The solution to the reunification of the Parthenon Sculptures suggested in this article is actually not that did-similar to the idea outlined by Evangelos Venizelos, the culture minister under the previous PASOK government.
The Independent 
Boyd Tonkin: ‘Prudent people tend to hold their tongues when they’re with a journalist’
Tales of the City
Tuesday, 4 August 2009
Two cities, two museums, and two starkly opposed ideas of cultural values and how to present them. Last weekend, on a suitably monsoon-like summer afternoon, I savoured the mind-bending colour and design of the royal paintings from Jodhpur at the British Museum’s Garden and Cosmos exhibition. These truly fabulous visions, lent by the Mehrangarh Museum Trust, have never been beyond India before. But when it comes to captions for mystically-inspired artworks that illustrate the doctrines of the Nath sect of gurus, the BM’s admirable relativism about differing belief systems shoots off the scale. Visitors are informed with a straight face that the Nath holy men of two centuries ago appealed to Rajasthani rulers because of their powers (for instance) to end droughts and burn down rival cities. (Thanks to the practice of hatha yoga, they also claimed the secrets of immortality.) No giggling at the back, now. Luckily, this spellbinding art can tell its own far more credible story.
A fortnight earlier, in Athens, I visited the institution that probably wishes it could burn the BM down by force of will just now: the airy new Acropolis Museum. In the circular row over the fate of Elgin/Parthenon Marbles, the BM claims its Greek antagonists portray the temple and its sculptures as a purely local achievement rather than relating it to the art of Egypt, Persia or Assyria. That’s largely true: in Athens, few multicultural comparisons dim the glory that was Greece.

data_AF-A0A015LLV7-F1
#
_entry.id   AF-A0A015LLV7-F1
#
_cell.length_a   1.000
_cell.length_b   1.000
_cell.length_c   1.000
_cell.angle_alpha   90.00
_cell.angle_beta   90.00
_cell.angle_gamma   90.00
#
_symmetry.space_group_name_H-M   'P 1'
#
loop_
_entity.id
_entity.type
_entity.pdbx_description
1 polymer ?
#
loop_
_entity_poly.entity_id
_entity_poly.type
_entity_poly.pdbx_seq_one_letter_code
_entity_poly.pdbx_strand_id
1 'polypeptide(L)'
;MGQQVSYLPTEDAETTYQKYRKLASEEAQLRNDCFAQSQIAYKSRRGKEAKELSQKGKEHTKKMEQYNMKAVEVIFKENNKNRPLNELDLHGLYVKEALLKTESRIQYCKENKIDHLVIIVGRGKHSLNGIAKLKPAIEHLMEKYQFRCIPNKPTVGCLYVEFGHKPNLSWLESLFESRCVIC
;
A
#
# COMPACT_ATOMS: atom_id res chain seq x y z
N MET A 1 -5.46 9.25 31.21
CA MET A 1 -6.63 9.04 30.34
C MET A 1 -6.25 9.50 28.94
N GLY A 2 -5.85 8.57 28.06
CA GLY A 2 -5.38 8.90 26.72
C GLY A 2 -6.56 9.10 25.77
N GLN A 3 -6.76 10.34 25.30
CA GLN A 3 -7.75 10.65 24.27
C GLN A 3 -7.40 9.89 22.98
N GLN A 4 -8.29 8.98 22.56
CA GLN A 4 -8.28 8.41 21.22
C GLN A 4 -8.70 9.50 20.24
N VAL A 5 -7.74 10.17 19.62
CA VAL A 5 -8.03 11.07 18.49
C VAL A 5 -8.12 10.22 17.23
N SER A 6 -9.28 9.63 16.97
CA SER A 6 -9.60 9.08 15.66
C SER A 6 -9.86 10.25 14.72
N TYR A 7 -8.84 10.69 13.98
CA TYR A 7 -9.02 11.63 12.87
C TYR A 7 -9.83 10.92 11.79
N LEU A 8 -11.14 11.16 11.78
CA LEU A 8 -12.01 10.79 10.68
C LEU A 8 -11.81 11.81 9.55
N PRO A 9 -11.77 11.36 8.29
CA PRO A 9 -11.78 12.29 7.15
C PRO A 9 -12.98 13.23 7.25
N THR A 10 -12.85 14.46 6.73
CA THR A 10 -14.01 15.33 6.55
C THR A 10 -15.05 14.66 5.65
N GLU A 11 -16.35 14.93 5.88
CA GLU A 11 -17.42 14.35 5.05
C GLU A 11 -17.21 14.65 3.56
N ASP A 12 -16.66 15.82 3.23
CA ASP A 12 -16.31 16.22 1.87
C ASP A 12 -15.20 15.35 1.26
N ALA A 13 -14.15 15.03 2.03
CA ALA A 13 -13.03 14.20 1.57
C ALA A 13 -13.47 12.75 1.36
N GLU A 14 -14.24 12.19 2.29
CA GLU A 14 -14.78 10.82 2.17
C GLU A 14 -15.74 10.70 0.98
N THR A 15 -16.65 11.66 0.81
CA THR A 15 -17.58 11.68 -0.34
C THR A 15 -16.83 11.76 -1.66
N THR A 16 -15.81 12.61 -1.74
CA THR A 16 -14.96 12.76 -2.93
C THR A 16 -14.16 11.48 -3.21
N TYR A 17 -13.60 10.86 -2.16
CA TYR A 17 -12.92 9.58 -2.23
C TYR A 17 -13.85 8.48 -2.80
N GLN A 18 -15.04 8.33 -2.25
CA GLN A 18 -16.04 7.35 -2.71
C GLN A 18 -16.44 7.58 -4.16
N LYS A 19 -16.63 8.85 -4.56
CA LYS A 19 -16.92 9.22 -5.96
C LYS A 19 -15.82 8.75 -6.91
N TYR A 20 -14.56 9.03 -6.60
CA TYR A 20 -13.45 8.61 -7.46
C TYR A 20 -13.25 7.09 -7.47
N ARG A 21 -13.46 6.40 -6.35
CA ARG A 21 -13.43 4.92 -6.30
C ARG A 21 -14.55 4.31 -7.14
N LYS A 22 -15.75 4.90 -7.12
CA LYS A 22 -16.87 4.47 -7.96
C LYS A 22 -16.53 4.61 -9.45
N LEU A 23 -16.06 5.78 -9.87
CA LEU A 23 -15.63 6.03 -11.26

Yet this is a beautiful and satisfying space, full of light and grace, with the missing sections of sculpture hauntingly represented by plaster casts next to the real thing as the Parthenon itself looms beyond the vast windows of the top-floor gallery. For the moment, entry costs a single euro and the shady terrace café serves the best-value snacks and drinks in town.
My solution to the stand-off between London and Athens would, I hope, tickle the Sophists who used to ply their logic-chopping trade in the ancient Agora nearby. The authorities in Bloomsbury should cede their claims to ownership and repatriate the marbles. But the Acropolis Museum’s Parthenon gallery would in turn become Room 18 of the British Museum – with, if required, a culturally diverse display to gladden Neil MacGregor’s heart. So Lord Elgin’s loot would simultaneously be back in Greece for keeps, and still on display in the BM. The Sophists had a bad press, but I kind of like their style.
John Walsh is away